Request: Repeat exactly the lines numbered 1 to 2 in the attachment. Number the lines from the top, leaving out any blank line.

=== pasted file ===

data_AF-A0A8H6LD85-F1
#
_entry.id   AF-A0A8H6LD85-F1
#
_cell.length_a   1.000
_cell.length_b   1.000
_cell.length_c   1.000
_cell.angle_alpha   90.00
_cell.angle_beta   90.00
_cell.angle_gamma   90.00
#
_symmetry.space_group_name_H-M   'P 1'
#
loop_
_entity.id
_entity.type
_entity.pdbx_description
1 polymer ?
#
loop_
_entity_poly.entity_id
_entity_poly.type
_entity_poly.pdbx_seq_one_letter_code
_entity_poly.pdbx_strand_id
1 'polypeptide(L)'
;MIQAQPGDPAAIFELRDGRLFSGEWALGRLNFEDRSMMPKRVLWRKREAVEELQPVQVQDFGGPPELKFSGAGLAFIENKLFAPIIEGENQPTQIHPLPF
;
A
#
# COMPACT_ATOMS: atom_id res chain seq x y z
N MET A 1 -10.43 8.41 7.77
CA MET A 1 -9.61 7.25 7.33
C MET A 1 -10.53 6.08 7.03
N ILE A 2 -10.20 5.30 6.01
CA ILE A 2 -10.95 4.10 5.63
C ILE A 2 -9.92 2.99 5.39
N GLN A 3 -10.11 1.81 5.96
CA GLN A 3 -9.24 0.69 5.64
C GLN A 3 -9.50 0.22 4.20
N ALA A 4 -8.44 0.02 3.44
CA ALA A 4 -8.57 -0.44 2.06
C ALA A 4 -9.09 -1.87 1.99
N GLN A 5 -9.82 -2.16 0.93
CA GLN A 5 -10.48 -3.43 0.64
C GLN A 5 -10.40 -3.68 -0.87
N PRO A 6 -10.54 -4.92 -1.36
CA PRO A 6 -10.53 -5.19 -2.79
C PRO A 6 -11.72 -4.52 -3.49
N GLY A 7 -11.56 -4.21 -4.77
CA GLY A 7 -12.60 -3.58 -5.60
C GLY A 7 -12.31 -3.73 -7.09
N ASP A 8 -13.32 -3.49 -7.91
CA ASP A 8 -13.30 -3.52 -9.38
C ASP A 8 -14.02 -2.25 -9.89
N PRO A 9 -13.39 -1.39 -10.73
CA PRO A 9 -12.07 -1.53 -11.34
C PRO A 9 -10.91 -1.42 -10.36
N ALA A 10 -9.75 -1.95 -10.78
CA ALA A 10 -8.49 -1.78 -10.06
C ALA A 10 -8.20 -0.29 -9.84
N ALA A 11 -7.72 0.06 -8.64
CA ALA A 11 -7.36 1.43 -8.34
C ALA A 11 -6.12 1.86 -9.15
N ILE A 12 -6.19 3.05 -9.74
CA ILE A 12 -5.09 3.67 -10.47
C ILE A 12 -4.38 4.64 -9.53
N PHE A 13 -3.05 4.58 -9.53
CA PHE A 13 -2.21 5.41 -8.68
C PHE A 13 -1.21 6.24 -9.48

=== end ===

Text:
data_AF-A0A8H6LD85-F1
#